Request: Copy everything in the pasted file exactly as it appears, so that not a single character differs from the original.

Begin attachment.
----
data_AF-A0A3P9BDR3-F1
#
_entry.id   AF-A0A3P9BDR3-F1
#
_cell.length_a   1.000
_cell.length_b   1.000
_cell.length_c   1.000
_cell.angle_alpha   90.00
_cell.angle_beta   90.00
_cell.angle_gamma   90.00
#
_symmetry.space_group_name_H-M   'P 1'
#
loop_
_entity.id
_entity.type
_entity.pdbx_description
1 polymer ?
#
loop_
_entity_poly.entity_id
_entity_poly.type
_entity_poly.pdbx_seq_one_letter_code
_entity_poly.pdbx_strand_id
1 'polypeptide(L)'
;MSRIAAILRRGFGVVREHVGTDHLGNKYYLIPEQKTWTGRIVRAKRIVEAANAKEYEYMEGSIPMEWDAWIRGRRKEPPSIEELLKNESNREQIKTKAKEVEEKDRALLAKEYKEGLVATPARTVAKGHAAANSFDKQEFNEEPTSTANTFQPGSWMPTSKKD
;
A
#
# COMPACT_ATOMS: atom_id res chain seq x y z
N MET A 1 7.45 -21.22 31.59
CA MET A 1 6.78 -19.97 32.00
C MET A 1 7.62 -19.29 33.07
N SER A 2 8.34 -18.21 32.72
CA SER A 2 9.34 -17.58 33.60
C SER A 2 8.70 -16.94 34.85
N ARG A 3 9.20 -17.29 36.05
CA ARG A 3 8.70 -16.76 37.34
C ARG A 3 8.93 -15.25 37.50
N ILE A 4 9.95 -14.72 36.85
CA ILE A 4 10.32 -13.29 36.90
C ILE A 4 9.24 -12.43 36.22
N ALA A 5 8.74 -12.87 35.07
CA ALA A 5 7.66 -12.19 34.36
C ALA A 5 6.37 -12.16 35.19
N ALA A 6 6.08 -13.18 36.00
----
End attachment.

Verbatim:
data_AF-A0A3P9BDR3-F1
#
_entry.id   AF-A0A3P9BDR3-F1
#
_cell.length_a   1.000
_cell.length_b   1.000
_cell.length_c   1.000
_cell.angle_alpha   90.00
_cell.angle_beta   90.00
_cell.angle_gamma   90.00
#
_symmetry.space_group_name_H-M   'P 1'
#
loop_
_entity.id
_entity.type
_entity.pdbx_description
1 polymer ?
#
loop_
_entity_poly.entity_id
_entity_poly.type
_entity_poly.pdbx_seq_one_letter_code
_entity_poly.pdbx_strand_id
1 'polypeptide(L)'
;MSRIAAILRRGFGVVREHVGTDHLGNKYYLIPEQKTWTGRIVRAKRIVEAANAKEYEYMEGSIPMEWDAWIRGRRKEPPSIEELLKNESNREQIKTKAKEVEEKDRALLAKEYKEGLVATPARTVAKGHAAANSFDKQEFNEEPTSTANTFQPGSWMPTSKKD
;
A
#
# COMPACT_ATOMS: atom_id res chain seq x y z
N MET A 1 7.45 -21.22 31.59
CA MET A 1 6.78 -19.97 32.00
C MET A 1 7.62 -19.29 33.07
N SER A 2 8.34 -18.21 32.72
CA SER A 2 9.34 -17.58 33.60
C SER A 2 8.70 -16.94 34.85
N ARG A 3 9.20 -17.29 36.05
CA ARG A 3 8.70 -16.76 37.34
C ARG A 3 8.93 -15.25 37.50
N ILE A 4 9.95 -14.72 36.85
CA ILE A 4 10.32 -13.29 36.90
C ILE A 4 9.24 -12.43 36.22
N ALA A 5 8.74 -12.87 35.07
CA ALA A 5 7.66 -12.19 34.36
C ALA A 5 6.37 -12.16 35.19
N ALA A 6 6.08 -13.18 36.00